Businesses come from great ideas, but there’s more behind starting a company than an innovative concept. A solid business plan sets the foundation for a solid company. It’s the comprehensive roadmap for structuring, running, and even growing a new business. It helps entrepreneurs think through critical elements at each stage of launching their businesses.
Business plans are crucial to the financial success of a new business. A well-thought-out plan can help acquire funding and attract experienced business partners as it outlines how your business will generate enough profit to earn a decent return on investment for investors.
Nerd Wallet describes a strong, detailed business plan as a tool that can convince others your company is a smart choice for them. If you have a bright idea and you’re heading down the business route, now’s the time to learn how to write a successful business plan. Read on for tips and resources to help you write the model plan.
What Is a Business Plan?
A business plan is a formal document (about 15–25 pages in length) that precisely defines a company’s objectives in fine detail. It also describes how the company plans to achieve its goals. All companies — including startups and established institutions — create and use business plans.
Comprehensive, carefully thought-out business plans are critical for new businesses to attract investors and secure lending, however; a business plan can also serve an established company. It can keep the executive team on the same page regarding strategic actions and on-task for meeting established goals. A business plan can be periodically reviewed and updated, and new ones can be created if a business decides to move in a new direction.
Seven Elements of a Business Plan
According to Investopida.com and Nerd Wallet, most business plan templates include seven elements: an executive summary, company description, products and services, market analysis, marketing strategy, financials, and budget. You will also want to include an appendix that contains data supporting the main sections. You don’t have to follow a specific outline or template. Instead, include sections that make the most sense for your business and its needs.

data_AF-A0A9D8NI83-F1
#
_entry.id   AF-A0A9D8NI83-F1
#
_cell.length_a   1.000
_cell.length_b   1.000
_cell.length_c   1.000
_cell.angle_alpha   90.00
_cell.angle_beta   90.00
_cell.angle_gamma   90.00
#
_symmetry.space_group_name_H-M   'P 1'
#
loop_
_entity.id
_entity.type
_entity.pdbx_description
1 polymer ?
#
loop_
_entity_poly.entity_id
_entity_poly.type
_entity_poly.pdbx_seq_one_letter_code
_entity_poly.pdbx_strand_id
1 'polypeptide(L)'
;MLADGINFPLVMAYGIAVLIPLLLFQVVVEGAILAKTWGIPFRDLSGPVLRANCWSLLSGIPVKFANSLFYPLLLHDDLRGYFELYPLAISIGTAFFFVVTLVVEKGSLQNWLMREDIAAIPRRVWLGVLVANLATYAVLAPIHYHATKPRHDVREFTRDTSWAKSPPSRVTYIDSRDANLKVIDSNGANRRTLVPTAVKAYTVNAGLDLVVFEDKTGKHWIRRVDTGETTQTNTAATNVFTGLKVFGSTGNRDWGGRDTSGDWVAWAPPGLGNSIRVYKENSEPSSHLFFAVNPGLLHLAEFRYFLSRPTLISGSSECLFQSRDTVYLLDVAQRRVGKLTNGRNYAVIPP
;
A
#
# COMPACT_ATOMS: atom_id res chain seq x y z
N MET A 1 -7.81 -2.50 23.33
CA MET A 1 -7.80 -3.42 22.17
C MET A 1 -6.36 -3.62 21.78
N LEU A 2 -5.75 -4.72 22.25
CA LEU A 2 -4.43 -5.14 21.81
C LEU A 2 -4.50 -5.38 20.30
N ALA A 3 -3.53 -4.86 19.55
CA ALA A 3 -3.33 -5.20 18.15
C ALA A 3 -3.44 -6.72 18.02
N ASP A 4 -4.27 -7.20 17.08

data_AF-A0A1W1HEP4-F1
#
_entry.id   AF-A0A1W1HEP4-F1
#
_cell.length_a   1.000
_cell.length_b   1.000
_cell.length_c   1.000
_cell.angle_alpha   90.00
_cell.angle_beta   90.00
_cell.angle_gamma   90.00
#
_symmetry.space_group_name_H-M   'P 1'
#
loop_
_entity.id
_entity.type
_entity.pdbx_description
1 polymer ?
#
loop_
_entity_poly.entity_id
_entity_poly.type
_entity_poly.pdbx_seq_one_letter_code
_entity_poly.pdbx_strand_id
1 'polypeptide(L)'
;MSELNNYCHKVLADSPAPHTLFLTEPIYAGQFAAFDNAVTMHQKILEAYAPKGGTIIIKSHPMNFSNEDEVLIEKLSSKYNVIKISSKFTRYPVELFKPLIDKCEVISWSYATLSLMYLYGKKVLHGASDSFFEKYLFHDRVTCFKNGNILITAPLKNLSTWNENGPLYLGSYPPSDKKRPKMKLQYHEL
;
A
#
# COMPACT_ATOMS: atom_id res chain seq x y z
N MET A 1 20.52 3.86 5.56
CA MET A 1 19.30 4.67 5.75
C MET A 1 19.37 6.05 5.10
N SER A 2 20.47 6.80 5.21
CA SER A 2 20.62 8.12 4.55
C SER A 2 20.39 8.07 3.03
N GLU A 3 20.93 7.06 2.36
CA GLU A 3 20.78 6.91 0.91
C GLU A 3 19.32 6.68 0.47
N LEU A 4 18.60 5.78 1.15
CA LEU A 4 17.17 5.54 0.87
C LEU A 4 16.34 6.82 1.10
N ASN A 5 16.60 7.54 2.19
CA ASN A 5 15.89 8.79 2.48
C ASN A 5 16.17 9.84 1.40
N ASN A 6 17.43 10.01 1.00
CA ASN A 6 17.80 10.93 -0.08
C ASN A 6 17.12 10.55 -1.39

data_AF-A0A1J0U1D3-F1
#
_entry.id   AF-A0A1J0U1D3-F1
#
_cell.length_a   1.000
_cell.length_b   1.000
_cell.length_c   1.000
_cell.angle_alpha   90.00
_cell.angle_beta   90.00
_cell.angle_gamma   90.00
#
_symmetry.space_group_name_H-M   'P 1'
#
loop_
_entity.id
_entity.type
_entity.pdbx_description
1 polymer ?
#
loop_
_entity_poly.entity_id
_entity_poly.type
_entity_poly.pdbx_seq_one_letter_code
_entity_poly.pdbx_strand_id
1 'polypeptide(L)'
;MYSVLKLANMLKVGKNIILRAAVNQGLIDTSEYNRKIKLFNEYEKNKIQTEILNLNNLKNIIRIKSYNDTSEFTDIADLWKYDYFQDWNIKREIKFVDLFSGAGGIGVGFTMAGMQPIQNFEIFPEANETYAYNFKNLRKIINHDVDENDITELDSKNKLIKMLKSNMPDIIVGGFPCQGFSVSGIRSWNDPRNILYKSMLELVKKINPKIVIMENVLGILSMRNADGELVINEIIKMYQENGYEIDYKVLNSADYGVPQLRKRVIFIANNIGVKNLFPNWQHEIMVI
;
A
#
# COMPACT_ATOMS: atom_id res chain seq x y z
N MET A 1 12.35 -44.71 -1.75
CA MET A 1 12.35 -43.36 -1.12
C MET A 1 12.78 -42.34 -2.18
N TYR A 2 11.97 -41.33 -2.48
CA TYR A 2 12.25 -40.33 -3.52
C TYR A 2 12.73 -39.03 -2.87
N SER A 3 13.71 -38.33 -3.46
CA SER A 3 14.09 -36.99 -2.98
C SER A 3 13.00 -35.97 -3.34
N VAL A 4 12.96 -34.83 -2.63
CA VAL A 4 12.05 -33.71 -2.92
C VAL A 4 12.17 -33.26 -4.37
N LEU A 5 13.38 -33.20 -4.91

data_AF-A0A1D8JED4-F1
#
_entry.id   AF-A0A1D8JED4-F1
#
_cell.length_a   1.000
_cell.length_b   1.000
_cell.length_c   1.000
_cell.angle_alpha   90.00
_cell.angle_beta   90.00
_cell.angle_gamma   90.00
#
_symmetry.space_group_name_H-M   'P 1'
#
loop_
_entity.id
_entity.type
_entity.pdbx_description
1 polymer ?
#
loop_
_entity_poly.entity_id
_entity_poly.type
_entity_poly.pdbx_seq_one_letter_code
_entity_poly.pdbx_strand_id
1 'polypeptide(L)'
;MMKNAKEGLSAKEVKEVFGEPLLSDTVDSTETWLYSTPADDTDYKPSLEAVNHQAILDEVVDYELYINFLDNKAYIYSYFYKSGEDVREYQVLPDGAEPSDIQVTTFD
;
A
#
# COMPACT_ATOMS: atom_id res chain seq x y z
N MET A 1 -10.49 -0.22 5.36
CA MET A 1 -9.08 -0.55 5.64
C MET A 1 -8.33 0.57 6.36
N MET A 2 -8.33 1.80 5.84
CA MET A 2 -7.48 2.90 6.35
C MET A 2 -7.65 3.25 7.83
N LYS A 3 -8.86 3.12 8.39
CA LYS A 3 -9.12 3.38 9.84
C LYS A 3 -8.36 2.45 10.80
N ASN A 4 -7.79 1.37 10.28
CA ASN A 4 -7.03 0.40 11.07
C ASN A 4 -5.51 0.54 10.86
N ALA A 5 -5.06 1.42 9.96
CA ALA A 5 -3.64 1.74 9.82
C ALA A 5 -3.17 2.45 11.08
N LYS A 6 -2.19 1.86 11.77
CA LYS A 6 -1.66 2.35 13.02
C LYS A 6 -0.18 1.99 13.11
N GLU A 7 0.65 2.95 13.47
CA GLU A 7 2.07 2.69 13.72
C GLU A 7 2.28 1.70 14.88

No two business plans are the same, but they should include these seven key elements:
- Executive summary: This section details the business and what it wants to accomplish. It includes the mission statement and information about the leadership, employees, operations, and location.
- Company description: This overviews the business’s plan and vision. It should include the company’s name, business structure, and an overview of the target market. As Forbes notes, the company description should state whether the business is a sole proprietorship, Limited Liability Company (LLC), partnership, or corporation. It should also include a section that outlines the company’s history and evolution.
- Products and services: This section details the products and services offered. It can include pricing, product lifespan, benefits, and similar products and competitors. You want to show the difference between your product or service and how it will rise above the competition. Other topics in the section can include production and manufacturing processes, research and development, company patents, and proprietary technology.
- Market analysis: A business needs to understand its industry and target market. The market analysis details the competition and plans on how to differentiate. It also explains how the company fits in with the industry and details its strengths and weaknesses. This section details the target market and the expected consumer demand for the product or service. Research should also show how easy or difficult it will be to grab market shares (the percentage of total sales generated by the company that is calculated by taking the company’s sales over a period and dividing them by the industry’s total sales over the same period).
- Marketing strategy: This part explains how the company plans to attract and retain customers, it outlines a clear distribution channel, and defines planned advertising and marketing strategies. It can also describe the types of media used for those strategies and campaigns.